The csv module now supports a unix_dialect output mode where all fields are quoted and lines are terminated with \n. Also, csv.DictWriter has a writeheader() method which writes a row of column headers to the output file, using the key names you provided at construction.
tempfile.TemporaryDirectory Added
The tempfile module now provides a TemporaryDirectory context manager for easy cleanup of temporary directories.
Popen() Context Managers
os.popen() and subprocess.Popen() can now act as context managers to automatically close any associated file descriptors.
configparser Always Uses Safe Parsing
configparser.SafeConfigParser has been renamed to ConfigParser to replace the old unsafe one. The default settings have also been updated to make things more predictable.
select.PIPE_BUF Added
The select module has added a PIPE_BUF constant which defines the minimum number of bytes which is guaranteed not to block when a select.select() has indicated that a pipe is ready for writing.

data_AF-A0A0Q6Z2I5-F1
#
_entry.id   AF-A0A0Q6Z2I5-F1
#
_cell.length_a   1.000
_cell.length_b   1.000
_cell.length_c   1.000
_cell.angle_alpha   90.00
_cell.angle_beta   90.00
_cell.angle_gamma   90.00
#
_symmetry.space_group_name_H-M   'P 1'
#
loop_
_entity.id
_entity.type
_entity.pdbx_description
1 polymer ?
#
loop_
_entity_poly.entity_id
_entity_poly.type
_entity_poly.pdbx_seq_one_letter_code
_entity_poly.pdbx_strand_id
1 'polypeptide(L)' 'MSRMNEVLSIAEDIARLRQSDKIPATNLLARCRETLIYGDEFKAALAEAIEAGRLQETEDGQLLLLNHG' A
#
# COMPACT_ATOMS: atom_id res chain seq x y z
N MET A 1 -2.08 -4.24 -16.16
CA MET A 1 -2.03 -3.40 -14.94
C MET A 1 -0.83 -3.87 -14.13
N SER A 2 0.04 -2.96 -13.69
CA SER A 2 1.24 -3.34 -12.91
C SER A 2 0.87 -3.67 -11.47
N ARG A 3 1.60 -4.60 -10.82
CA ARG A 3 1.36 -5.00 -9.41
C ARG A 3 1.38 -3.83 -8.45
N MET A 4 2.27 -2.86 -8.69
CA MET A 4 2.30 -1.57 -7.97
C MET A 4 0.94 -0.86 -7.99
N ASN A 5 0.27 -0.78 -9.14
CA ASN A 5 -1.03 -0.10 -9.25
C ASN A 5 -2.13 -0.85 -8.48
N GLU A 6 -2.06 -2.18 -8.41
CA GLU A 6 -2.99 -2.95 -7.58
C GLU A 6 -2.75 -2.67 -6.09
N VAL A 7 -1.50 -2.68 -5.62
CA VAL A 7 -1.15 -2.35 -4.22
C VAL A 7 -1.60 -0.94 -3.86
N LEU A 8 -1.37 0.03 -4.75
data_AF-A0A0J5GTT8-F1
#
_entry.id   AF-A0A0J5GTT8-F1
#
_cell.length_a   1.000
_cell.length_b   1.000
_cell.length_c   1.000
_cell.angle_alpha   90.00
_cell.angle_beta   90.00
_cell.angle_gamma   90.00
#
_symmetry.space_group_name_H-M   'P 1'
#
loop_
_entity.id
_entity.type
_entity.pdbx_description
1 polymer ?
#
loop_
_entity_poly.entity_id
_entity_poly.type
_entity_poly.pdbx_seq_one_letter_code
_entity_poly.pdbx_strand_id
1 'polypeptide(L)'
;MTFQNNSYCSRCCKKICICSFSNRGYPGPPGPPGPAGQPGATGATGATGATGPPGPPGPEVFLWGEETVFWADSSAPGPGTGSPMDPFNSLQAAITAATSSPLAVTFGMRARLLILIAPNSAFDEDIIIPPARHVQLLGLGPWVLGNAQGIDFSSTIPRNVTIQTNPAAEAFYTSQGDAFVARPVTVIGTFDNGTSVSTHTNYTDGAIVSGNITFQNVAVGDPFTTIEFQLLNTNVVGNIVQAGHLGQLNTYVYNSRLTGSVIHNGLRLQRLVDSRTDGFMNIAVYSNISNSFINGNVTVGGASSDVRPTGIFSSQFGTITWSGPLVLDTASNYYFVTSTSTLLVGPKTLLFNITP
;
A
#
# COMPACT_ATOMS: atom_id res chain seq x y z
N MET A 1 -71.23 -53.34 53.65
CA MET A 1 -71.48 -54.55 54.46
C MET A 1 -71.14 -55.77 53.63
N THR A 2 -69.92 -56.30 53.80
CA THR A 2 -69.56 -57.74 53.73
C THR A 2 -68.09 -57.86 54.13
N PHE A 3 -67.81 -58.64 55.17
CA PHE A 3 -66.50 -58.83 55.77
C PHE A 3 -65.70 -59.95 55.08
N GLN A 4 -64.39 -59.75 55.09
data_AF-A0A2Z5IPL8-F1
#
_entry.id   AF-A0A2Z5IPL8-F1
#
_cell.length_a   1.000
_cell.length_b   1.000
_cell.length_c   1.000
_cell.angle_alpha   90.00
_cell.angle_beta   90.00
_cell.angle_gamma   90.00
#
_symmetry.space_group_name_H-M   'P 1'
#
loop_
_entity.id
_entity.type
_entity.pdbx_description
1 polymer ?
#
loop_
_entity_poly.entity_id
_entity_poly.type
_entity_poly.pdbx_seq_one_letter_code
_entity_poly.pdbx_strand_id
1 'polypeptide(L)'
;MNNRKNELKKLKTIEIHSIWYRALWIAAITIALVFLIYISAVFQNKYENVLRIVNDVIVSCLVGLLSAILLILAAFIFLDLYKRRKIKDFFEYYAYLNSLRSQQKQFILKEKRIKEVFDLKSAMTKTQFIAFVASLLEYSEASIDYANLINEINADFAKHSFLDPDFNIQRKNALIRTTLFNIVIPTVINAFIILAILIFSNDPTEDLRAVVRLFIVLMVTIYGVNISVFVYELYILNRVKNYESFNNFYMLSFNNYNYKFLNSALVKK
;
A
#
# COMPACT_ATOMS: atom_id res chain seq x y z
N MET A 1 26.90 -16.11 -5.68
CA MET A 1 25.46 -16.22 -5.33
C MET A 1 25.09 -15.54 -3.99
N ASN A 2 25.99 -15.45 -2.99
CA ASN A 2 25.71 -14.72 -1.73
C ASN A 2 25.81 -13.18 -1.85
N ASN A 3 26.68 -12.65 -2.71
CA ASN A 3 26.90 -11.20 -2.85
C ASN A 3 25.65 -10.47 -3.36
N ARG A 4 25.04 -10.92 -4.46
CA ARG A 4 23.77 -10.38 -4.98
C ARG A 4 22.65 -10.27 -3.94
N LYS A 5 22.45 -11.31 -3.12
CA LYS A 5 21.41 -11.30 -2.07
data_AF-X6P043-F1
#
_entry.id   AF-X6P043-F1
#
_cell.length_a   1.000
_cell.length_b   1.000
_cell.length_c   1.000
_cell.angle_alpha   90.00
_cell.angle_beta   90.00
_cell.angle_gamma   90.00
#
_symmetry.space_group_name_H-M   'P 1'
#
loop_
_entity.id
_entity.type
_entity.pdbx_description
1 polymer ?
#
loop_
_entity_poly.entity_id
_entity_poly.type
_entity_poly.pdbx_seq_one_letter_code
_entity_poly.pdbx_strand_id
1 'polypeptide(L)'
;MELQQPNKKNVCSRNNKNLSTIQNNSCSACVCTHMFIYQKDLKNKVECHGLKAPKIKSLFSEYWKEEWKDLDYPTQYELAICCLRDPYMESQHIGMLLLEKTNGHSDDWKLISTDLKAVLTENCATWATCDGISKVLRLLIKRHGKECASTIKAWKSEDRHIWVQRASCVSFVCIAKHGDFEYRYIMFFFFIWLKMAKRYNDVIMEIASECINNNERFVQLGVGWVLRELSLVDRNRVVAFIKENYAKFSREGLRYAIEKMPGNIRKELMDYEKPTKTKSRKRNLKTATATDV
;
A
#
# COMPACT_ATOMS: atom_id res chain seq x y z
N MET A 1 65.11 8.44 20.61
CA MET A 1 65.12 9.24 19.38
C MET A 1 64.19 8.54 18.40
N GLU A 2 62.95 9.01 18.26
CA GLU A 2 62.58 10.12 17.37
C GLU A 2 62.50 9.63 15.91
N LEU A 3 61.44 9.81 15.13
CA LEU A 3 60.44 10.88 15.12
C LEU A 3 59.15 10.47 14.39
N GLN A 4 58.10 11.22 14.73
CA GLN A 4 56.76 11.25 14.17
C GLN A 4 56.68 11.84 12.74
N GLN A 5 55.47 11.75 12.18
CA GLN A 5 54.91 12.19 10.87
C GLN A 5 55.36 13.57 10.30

callable() Re-introduced
The callable() builtin from Python 2.x was re-added to the language, as it’s a more readable alternative to isinstance(x, collections.Callable).
ast.literal_eval() For Safer eval()
The ast module has a useful literal_eval() function which can be used to evaluate expressions more safely than the builtin eval().
reprlib.recursive_repr() Added
When writing __repr__() special methods, it’s easy to forget to handle the case where a container can contain a reference to itself, which easily leads to __repr__() calling itself in an endlessly recursive loop. The reprlib module now provides a recursive_repr() decorator which will detect the recursive call and add ... to the string representation instead.
Numeric Type Hash Equivalence
Hash values of the various different numeric types should now be equal whenever their actual values are equal, e.g hash(1) == hash(1.0) == hash(1+0j).
hashlib.algorithms_available() Added
The hashlib module now provides the algorithms_available set which indicates the hashing algorithms available on the current platform, as well as algorithms_guaranteed which are the algorithms guaranteed to be available on all platforms.